While North Miami high school valedictorian Daniela Pelaez was fighting deportation orders last month, Cuban soccer player Yosmel de Armas was planning to defect in Nashville, Tenn. Pelaez, who moved from Colombia when she was 4, received a two-year deportation reprieve and is fighting to stay. De Armas turned up in Miami seeking asylum and is expected to become a U.S. citizen.
Cubans landing on U.S. soil are typically granted asylum and can apply for legal residence in one year. Once they have green cards, they can apply for U.S. citizenship, which will be granted in five years' time. This is the only nationality that has an automatic pathway to citizenship upon entering the U.S.
This policy shares many characteristics with the proposed Dream Act, denounced by Republicans as an amnesty bill. Florida Senator Marco Rubio and senior Republicans are crafting an alternative proposal that will improve the GOP's dismal ratings among Hispanic voters. As they move forward, they should consider the parallels that exist between U.S.-Cuba migration policy, which the GOP fully supports, and the Dream Act, as well as the expectation that all immigrant groups be treated with parity.
U.S.-Cuba migration policy is based on the 1966 Cuban Adjustment Act (CAA) which granted permanent residence to roughly 300,000 Cuban refugees after Fidel Castro took over in 1959. This law ultimately enabled Cubans to become citizens.
The CAA was an appropriate Cold War response to the communist takeover of Cuba. It would have been inhumane and impractical to repatriate Cubans or to marginalize them socially and economically by suspending them in a legal limbo. The same rationale applies to Dream Act beneficiaries who have no ties to the countries they left behind.
The Dream Act would create a path to citizenship for non-Cubans like Pelaez who were brought illegally to the U.S. by their parents before the age of 16, if they attend college or serve in the military for two years. Individuals who meet the Act's requirements could attain citizenship in nine to 11 years.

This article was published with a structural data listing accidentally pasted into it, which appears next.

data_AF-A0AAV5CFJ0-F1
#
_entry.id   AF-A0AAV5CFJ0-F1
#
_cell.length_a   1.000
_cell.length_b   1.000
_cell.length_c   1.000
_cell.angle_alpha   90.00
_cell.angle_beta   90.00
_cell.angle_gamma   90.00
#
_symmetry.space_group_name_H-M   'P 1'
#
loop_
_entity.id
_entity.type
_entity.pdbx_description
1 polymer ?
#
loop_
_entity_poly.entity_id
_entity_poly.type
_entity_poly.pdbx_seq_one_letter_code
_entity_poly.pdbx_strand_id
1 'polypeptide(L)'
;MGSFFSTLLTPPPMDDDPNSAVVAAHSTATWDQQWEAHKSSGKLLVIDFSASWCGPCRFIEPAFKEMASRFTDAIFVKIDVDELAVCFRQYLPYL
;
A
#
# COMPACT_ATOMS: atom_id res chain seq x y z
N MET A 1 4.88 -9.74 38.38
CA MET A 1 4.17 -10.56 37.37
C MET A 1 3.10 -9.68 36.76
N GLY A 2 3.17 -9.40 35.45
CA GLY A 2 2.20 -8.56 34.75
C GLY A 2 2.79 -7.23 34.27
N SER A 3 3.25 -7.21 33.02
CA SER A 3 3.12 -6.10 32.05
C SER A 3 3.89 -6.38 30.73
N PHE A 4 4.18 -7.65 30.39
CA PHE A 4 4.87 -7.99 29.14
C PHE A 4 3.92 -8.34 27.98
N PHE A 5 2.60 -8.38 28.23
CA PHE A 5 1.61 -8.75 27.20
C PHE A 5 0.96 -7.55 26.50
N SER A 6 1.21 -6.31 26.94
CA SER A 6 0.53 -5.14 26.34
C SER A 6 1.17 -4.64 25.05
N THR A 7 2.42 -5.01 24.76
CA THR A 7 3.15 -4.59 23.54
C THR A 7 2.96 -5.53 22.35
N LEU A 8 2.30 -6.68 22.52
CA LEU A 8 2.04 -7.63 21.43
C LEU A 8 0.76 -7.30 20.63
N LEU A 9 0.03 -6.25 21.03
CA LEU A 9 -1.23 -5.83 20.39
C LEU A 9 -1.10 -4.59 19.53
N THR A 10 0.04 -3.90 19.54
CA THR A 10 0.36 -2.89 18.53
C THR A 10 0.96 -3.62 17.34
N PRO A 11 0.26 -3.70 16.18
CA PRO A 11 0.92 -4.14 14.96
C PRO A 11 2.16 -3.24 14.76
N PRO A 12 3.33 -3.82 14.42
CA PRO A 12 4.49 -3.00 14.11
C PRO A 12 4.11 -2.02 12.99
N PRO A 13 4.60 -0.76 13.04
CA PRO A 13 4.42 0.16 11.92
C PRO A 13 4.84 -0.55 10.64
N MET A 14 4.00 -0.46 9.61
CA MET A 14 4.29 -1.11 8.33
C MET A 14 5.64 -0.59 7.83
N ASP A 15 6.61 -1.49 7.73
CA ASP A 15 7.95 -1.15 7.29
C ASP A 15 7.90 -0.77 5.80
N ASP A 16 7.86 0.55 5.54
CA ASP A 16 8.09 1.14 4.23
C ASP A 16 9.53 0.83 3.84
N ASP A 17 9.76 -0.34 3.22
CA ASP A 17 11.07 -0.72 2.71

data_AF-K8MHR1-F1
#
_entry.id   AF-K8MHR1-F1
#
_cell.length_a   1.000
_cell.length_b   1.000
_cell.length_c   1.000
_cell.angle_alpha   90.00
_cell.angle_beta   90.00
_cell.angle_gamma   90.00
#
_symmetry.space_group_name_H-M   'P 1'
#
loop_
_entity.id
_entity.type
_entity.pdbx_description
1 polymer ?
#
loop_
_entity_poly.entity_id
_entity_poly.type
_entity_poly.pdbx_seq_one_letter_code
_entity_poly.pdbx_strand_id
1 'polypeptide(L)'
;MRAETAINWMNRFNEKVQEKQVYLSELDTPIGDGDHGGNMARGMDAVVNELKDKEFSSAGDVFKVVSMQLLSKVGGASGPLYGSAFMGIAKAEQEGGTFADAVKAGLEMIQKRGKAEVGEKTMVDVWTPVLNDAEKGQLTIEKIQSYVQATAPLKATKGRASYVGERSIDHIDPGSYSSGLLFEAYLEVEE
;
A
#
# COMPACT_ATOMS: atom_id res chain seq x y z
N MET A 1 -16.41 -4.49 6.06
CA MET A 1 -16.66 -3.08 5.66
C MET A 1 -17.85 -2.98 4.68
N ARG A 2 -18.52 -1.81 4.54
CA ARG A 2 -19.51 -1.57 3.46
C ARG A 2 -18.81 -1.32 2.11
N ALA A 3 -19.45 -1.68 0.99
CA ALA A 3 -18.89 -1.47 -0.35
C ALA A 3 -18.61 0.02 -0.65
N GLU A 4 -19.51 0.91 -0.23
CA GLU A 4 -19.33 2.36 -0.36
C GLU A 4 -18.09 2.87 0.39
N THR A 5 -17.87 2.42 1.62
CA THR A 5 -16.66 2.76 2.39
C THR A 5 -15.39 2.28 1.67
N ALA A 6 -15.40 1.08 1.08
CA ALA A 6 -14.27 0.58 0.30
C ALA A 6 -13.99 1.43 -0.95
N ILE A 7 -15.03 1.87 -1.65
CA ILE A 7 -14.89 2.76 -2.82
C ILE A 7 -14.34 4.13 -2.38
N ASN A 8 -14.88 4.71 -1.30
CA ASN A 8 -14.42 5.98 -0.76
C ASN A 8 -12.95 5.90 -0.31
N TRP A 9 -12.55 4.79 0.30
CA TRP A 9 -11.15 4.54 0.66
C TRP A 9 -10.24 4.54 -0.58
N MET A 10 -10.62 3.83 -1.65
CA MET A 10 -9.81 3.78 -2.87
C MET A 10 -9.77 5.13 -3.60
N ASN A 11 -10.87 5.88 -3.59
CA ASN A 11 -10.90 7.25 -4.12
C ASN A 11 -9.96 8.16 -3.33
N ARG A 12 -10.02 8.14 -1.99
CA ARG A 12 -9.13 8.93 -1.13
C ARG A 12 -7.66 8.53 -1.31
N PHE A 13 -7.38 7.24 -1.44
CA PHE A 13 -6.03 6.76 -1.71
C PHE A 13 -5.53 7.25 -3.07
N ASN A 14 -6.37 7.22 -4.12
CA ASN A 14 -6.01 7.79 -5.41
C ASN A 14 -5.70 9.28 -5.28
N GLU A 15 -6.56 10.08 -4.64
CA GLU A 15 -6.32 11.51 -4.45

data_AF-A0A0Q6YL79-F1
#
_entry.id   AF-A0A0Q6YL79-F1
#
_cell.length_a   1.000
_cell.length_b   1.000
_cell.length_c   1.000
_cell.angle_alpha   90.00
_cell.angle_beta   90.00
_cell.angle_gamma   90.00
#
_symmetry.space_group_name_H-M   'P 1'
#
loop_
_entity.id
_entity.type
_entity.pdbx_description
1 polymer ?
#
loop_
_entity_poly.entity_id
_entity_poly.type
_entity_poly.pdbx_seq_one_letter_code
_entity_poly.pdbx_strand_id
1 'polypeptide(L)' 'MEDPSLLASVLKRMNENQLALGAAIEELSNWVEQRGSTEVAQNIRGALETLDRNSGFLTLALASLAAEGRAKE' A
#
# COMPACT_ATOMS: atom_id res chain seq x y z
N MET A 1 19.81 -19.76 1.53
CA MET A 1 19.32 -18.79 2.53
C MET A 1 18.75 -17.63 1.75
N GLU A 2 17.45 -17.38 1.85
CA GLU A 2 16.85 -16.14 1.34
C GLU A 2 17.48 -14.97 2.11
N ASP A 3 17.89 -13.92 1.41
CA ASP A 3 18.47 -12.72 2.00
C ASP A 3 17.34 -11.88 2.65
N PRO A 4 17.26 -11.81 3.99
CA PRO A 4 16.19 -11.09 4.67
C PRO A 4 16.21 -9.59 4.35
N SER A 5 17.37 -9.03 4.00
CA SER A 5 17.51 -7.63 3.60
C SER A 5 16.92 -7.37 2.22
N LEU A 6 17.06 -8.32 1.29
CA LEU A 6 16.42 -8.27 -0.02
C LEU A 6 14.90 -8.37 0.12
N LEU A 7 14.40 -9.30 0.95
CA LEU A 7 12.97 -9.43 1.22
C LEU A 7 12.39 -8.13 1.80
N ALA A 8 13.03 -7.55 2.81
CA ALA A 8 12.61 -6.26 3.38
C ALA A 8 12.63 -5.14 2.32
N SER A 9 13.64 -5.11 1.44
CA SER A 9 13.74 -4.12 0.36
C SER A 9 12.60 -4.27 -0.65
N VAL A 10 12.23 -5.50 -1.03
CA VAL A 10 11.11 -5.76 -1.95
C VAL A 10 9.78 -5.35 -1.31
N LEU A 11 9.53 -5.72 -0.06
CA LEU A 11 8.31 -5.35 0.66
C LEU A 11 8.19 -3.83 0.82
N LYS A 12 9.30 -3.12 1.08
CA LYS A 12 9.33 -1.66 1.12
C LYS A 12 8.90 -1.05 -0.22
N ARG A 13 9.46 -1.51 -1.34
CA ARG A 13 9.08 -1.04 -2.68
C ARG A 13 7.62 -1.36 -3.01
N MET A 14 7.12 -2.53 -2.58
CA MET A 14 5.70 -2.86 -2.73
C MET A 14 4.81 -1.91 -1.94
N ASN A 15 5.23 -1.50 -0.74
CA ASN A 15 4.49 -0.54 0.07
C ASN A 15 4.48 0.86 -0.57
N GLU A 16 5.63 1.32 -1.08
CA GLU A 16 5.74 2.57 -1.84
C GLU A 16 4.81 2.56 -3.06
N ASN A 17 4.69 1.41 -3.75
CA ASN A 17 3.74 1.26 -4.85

Opponents of the Dream Act contend that it rewards criminal behavior and would argue that Cubans did not break U.S. laws. That is true, but neither did the beneficiaries of the Dream Act unless they are deemed accountable for the crimes of their parents.
Opponents claim that the Dream Act would incentivize migration because its beneficiaries would sponsor family members. This is correct, but it would be a protracted process. According to the National Foundation for American Policy, the wait time for a U.S. citizen to sponsor a Mexican sibling for permanent residency is 15 years.
If the CAA were being considered for passage today, critics of the Dream Act would oppose it as an immigration magnet. The lure of U.S. citizenship, along with the political freedom and economic opportunity it conveys, has spurred countless Cubans to migrate. The high points of this exodus were the 1980 Mariel Boatlift and the 1994 Balseros Crisis, when over 160,000 Cubans risked their lives crossing the Florida Straits. To preempt perilous mass migrations in the future, the U.S. government began in 1994 to return Cubans intercepted at sea back to Cuba or a third country.
Senator Marco Rubio's proposal (not yet public) is said to provide non-immigrant visas to young individuals so that they can complete their studies and work afterwards. They could apply for citizenship but would not receive preferential treatment.
Their wait would be long. About 60 percent of Dream Act beneficiaries are Mexican immigrants. Of all nationalities, Mexicans have the longest wait time for green cards because the demand greatly exceeds the country's quota.
Senator Marcos's unveiled plan would legalize the status of undocumented youth and enable them to gain an economic foothold. It is a step forward, but it is not enough, and as a Cuban-American, he should know.
The immigration system is broken, and the Dream Act is an important part of the solution. Given the proven contributions of the Cuban-American community to this country, it would be unwise and unfair to deny non-Cuban undocumented youth the same advantages and opportunities for success afforded to Cubans through their American citizenship.
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